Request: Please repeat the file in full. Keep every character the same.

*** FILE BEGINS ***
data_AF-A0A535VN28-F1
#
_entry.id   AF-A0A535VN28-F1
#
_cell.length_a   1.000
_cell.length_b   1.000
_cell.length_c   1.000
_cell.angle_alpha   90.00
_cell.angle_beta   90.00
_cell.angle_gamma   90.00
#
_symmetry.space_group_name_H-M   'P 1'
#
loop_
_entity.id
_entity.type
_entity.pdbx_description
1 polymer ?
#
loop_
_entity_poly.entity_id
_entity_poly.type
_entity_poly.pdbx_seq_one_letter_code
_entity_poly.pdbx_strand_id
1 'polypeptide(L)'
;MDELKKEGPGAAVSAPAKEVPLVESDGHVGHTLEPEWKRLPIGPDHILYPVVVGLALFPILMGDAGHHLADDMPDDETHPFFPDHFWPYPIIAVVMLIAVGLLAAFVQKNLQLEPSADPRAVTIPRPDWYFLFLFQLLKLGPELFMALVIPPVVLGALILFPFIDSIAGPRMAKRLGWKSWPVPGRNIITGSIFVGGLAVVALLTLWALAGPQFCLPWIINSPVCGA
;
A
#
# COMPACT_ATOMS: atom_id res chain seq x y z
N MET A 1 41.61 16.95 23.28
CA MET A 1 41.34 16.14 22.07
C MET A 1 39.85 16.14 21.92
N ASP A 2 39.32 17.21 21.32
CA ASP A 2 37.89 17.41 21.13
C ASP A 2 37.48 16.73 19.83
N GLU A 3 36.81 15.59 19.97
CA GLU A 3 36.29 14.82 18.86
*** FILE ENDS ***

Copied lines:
data_AF-A0A535VN28-F1
#
_entry.id   AF-A0A535VN28-F1
#
_cell.length_a   1.000
_cell.length_b   1.000
_cell.length_c   1.000
_cell.angle_alpha   90.00
_cell.angle_beta   90.00
_cell.angle_gamma   90.00
#
_symmetry.space_group_name_H-M   'P 1'
#
loop_
_entity.id
_entity.type
_entity.pdbx_description
1 polymer ?
#
loop_
_entity_poly.entity_id
_entity_poly.type
_entity_poly.pdbx_seq_one_letter_code
_entity_poly.pdbx_strand_id
1 'polypeptide(L)'
;MDELKKEGPGAAVSAPAKEVPLVESDGHVGHTLEPEWKRLPIGPDHILYPVVVGLALFPILMGDAGHHLADDMPDDETHPFFPDHFWPYPIIAVVMLIAVGLLAAFVQKNLQLEPSADPRAVTIPRPDWYFLFLFQLLKLGPELFMALVIPPVVLGALILFPFIDSIAGPRMAKRLGWKSWPVPGRNIITGSIFVGGLAVVALLTLWALAGPQFCLPWIINSPVCGA
;
A
#
# COMPACT_ATOMS: atom_id res chain seq x y z
N MET A 1 41.61 16.95 23.28
CA MET A 1 41.34 16.14 22.07
C MET A 1 39.85 16.14 21.92
N ASP A 2 39.32 17.21 21.32
CA ASP A 2 37.89 17.41 21.13
C ASP A 2 37.48 16.73 19.83
N GLU A 3 36.81 15.59 19.97
CA GLU A 3 36.29 14.82 18.86